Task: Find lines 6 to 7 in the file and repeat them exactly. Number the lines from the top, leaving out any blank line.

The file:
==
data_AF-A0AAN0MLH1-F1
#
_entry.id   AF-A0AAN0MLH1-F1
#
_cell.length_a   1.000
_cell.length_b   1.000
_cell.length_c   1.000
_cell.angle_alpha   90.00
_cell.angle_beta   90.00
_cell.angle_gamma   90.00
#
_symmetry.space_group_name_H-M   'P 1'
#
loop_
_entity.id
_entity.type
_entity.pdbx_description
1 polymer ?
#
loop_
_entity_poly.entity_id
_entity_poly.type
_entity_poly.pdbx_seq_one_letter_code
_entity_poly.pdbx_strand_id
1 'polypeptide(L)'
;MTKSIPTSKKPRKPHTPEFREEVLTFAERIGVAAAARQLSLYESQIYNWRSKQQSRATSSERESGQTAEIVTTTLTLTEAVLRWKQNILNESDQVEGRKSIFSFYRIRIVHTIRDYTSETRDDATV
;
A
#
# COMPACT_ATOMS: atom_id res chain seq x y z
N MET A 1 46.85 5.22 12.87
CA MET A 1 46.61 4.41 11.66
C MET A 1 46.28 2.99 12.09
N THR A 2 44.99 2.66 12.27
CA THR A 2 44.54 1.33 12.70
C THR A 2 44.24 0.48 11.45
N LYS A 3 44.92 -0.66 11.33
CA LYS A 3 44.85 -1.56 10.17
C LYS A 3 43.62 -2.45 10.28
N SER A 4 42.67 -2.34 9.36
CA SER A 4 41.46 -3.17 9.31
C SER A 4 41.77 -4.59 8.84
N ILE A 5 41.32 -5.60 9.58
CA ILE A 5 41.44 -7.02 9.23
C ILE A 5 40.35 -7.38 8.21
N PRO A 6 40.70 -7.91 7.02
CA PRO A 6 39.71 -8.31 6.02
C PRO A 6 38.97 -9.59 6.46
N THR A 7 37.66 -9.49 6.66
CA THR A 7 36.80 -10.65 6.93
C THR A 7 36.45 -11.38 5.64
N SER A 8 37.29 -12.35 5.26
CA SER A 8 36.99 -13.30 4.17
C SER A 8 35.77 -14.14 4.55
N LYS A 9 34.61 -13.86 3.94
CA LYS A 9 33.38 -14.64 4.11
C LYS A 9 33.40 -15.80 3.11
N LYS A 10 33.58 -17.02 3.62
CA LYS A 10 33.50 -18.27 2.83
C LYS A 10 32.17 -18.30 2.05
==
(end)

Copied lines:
_cell.length_b   1.000
_cell.length_c   1.000